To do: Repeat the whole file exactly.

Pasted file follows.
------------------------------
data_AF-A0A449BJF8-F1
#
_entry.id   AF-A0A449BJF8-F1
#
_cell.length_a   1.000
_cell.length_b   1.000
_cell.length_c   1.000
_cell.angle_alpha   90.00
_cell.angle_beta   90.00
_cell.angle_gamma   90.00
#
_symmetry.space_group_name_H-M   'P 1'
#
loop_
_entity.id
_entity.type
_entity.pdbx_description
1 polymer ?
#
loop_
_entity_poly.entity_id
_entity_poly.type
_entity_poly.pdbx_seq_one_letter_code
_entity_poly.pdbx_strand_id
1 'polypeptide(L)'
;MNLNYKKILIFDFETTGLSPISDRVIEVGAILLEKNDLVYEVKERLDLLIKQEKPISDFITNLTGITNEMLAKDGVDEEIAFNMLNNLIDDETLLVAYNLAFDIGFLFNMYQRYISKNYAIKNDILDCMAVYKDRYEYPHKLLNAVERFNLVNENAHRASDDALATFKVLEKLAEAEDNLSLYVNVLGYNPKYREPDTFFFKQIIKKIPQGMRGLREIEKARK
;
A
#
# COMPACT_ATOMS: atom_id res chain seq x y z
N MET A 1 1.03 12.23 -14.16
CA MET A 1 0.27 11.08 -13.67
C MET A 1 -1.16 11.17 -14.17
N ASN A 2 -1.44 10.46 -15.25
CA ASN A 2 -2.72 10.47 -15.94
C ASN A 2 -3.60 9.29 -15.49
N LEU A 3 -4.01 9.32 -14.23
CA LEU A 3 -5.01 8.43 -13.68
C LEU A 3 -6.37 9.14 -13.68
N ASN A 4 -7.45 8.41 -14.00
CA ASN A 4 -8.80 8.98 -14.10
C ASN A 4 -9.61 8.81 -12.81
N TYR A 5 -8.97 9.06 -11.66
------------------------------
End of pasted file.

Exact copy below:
data_AF-A0A449BJF8-F1
#
_entry.id   AF-A0A449BJF8-F1
#
_cell.length_a   1.000
_cell.length_b   1.000
_cell.length_c   1.000
_cell.angle_alpha   90.00
_cell.angle_beta   90.00
_cell.angle_gamma   90.00
#
_symmetry.space_group_name_H-M   'P 1'
#
loop_
_entity.id
_entity.type
_entity.pdbx_description
1 polymer ?
#
loop_
_entity_poly.entity_id
_entity_poly.type
_entity_poly.pdbx_seq_one_letter_code
_entity_poly.pdbx_strand_id
1 'polypeptide(L)'
;MNLNYKKILIFDFETTGLSPISDRVIEVGAILLEKNDLVYEVKERLDLLIKQEKPISDFITNLTGITNEMLAKDGVDEEIAFNMLNNLIDDETLLVAYNLAFDIGFLFNMYQRYISKNYAIKNDILDCMAVYKDRYEYPHKLLNAVERFNLVNENAHRASDDALATFKVLEKLAEAEDNLSLYVNVLGYNPKYREPDTFFFKQIIKKIPQGMRGLREIEKARK
;
A
#
# COMPACT_ATOMS: atom_id res chain seq x y z
N MET A 1 1.03 12.23 -14.16
CA MET A 1 0.27 11.08 -13.67
C MET A 1 -1.16 11.17 -14.17
N ASN A 2 -1.44 10.46 -15.25
CA ASN A 2 -2.72 10.47 -15.94
C ASN A 2 -3.60 9.29 -15.49
N LEU A 3 -4.01 9.32 -14.23
CA LEU A 3 -5.01 8.43 -13.68
C LEU A 3 -6.37 9.14 -13.68
N ASN A 4 -7.45 8.41 -14.00
CA ASN A 4 -8.80 8.98 -14.10
C ASN A 4 -9.61 8.81 -12.81
N TYR A 5 -8.97 9.06 -11.66